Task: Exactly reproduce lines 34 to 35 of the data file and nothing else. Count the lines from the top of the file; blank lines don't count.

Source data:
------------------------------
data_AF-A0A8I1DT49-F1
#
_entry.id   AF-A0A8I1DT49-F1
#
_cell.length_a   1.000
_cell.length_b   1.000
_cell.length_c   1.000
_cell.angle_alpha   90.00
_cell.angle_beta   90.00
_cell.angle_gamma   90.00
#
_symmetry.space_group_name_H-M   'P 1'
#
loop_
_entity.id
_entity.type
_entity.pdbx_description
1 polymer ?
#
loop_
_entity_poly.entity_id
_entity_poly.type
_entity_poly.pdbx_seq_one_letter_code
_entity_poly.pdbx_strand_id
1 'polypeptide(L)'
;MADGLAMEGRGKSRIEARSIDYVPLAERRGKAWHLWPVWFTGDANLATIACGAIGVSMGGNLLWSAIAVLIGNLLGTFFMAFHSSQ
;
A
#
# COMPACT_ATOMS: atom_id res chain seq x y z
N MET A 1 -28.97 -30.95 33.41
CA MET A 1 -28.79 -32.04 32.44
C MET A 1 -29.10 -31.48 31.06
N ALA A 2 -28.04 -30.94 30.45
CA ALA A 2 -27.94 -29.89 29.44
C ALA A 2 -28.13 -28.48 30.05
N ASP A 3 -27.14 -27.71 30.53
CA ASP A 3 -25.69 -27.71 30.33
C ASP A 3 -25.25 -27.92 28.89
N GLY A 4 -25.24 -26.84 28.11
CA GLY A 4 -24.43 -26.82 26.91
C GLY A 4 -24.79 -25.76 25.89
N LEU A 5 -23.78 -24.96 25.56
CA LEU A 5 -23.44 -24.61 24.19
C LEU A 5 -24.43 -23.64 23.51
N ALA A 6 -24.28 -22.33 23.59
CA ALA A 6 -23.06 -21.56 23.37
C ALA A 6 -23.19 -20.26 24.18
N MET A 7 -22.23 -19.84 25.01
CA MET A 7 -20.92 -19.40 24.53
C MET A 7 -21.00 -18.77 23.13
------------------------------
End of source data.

N ALA A 2 -28.04 -30.94 30.45
CA ALA A 2 -27.94 -29.89 29.44